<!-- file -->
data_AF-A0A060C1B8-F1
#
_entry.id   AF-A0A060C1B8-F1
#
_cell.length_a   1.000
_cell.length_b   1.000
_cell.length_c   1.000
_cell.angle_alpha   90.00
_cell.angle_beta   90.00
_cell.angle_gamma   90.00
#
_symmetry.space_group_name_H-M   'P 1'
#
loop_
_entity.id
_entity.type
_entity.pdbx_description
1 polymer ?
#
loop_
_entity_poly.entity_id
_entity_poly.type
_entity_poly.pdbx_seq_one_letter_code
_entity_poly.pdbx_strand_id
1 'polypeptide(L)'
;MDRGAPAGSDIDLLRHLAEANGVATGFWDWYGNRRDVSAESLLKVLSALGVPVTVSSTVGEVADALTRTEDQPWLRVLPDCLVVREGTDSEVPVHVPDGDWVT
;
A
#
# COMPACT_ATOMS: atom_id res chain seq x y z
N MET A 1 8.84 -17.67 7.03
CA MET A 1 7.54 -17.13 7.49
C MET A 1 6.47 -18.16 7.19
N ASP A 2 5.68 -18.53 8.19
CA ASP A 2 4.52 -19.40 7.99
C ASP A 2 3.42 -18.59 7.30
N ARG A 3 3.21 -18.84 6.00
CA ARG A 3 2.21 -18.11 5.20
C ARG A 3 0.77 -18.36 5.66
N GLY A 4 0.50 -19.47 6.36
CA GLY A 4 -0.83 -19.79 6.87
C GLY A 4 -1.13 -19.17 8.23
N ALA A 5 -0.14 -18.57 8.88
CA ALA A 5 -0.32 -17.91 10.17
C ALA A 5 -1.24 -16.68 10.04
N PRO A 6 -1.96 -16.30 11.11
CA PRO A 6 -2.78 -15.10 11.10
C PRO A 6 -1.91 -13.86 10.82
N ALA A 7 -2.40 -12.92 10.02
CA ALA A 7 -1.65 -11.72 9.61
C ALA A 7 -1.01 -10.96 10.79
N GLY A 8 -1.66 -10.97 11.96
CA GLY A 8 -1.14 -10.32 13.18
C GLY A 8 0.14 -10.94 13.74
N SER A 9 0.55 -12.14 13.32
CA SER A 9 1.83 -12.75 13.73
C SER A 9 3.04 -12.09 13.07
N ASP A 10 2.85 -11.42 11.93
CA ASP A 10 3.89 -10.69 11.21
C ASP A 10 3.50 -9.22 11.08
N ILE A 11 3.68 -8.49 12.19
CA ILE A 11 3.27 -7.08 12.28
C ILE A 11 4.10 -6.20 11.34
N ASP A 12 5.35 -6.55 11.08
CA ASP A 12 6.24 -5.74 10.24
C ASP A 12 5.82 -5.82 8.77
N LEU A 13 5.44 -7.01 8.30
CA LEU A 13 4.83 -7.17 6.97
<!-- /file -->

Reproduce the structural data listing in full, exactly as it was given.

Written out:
data_AF-A0A060C1B8-F1
#
_entry.id   AF-A0A060C1B8-F1
#
_cell.length_a   1.000
_cell.length_b   1.000
_cell.length_c   1.000
_cell.angle_alpha   90.00
_cell.angle_beta   90.00
_cell.angle_gamma   90.00
#
_symmetry.space_group_name_H-M   'P 1'
#
loop_
_entity.id
_entity.type
_entity.pdbx_description
1 polymer ?
#
loop_
_entity_poly.entity_id
_entity_poly.type
_entity_poly.pdbx_seq_one_letter_code
_entity_poly.pdbx_strand_id
1 'polypeptide(L)'
;MDRGAPAGSDIDLLRHLAEANGVATGFWDWYGNRRDVSAESLLKVLSALGVPVTVSSTVGEVADALTRTEDQPWLRVLPDCLVVREGTDSEVPVHVPDGDWVT
;
A
#
# COMPACT_ATOMS: atom_id res chain seq x y z
N MET A 1 8.84 -17.67 7.03
CA MET A 1 7.54 -17.13 7.49
C MET A 1 6.47 -18.16 7.19
N ASP A 2 5.68 -18.53 8.19
CA ASP A 2 4.52 -19.40 7.99
C ASP A 2 3.42 -18.59 7.30
N ARG A 3 3.21 -18.84 6.00
CA ARG A 3 2.21 -18.11 5.20
C ARG A 3 0.77 -18.36 5.66
N GLY A 4 0.50 -19.47 6.36
CA GLY A 4 -0.83 -19.79 6.87
C GLY A 4 -1.13 -19.17 8.23
N ALA A 5 -0.14 -18.57 8.88
CA ALA A 5 -0.32 -17.91 10.17
C ALA A 5 -1.24 -16.68 10.04
N PRO A 6 -1.96 -16.30 11.11
CA PRO A 6 -2.78 -15.10 11.10
C PRO A 6 -1.91 -13.86 10.82
N ALA A 7 -2.40 -12.92 10.02
CA ALA A 7 -1.65 -11.72 9.61
C ALA A 7 -1.01 -10.96 10.79
N GLY A 8 -1.66 -10.97 11.96
CA GLY A 8 -1.14 -10.32 13.18
C GLY A 8 0.14 -10.94 13.74
N SER A 9 0.55 -12.14 13.32
CA SER A 9 1.83 -12.75 13.73
C SER A 9 3.04 -12.09 13.07
N ASP A 10 2.85 -11.42 11.93
CA ASP A 10 3.89 -10.69 11.21
C ASP A 10 3.50 -9.22 11.08
N ILE A 11 3.68 -8.49 12.19
CA ILE A 11 3.27 -7.08 12.28
C ILE A 11 4.10 -6.20 11.34
N ASP A 12 5.35 -6.55 11.08
CA ASP A 12 6.24 -5.74 10.24
C ASP A 12 5.82 -5.82 8.77
N LEU A 13 5.44 -7.01 8.30
CA LEU A 13 4.83 -7.17 6.97